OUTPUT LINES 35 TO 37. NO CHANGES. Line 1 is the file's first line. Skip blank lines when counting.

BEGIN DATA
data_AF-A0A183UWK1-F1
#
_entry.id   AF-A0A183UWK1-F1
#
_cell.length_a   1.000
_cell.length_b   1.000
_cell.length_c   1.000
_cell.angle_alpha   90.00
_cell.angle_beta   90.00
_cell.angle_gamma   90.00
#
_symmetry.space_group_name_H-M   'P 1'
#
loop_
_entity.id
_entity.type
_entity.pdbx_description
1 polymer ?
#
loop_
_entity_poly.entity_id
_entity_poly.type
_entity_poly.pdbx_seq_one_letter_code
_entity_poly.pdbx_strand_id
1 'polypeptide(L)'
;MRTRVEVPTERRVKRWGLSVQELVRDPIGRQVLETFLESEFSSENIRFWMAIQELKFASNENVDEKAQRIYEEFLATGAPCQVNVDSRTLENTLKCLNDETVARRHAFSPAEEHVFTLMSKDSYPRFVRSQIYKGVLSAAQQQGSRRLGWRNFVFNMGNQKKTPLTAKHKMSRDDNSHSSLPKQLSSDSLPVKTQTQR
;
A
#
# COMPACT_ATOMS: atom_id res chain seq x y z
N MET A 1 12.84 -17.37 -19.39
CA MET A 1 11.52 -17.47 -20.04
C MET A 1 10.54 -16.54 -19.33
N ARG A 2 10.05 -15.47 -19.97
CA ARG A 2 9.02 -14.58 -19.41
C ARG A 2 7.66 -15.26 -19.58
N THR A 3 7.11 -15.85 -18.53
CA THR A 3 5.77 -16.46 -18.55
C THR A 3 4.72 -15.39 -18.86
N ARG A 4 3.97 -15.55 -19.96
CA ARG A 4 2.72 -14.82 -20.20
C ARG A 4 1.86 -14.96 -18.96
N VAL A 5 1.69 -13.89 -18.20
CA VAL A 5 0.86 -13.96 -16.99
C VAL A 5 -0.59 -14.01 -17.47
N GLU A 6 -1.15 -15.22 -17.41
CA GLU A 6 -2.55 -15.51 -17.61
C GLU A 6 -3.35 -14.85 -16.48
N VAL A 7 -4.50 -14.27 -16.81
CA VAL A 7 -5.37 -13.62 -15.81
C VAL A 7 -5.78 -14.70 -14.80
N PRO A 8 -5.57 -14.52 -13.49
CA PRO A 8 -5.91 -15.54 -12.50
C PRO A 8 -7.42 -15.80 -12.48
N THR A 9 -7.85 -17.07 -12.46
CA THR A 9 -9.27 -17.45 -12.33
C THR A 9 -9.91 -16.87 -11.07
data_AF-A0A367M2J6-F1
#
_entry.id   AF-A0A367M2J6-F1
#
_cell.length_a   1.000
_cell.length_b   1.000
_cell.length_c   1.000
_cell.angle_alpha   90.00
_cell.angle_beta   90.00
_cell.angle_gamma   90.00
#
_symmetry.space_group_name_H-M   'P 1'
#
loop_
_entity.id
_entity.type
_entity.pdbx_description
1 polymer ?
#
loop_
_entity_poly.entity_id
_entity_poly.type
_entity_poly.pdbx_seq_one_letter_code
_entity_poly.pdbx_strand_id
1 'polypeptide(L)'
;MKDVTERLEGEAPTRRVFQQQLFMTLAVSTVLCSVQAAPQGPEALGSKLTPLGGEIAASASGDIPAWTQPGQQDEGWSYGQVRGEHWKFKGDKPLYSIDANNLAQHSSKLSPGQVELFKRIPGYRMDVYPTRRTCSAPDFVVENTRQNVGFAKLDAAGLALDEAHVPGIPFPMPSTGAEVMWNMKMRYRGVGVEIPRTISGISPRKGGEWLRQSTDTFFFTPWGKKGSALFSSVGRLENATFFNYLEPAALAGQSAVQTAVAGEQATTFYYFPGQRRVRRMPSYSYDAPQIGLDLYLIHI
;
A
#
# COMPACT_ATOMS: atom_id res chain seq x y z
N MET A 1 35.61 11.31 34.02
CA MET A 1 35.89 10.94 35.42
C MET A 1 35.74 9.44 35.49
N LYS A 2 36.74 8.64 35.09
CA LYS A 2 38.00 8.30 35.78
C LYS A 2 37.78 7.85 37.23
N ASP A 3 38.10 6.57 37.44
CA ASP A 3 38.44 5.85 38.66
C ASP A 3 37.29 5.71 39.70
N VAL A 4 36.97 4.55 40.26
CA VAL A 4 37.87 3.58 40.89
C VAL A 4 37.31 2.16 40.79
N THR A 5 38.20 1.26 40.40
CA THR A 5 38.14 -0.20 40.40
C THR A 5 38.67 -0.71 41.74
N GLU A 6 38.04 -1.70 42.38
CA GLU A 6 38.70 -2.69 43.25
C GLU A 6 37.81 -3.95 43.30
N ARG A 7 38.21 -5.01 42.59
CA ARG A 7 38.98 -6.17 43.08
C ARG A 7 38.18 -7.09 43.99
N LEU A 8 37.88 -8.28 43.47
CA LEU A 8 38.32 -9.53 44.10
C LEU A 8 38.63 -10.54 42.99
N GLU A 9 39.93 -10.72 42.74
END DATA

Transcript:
CA ARG A 2 9.02 -14.58 -19.41
C ARG A 2 7.66 -15.26 -19.58
N THR A 3 7.11 -15.85 -18.53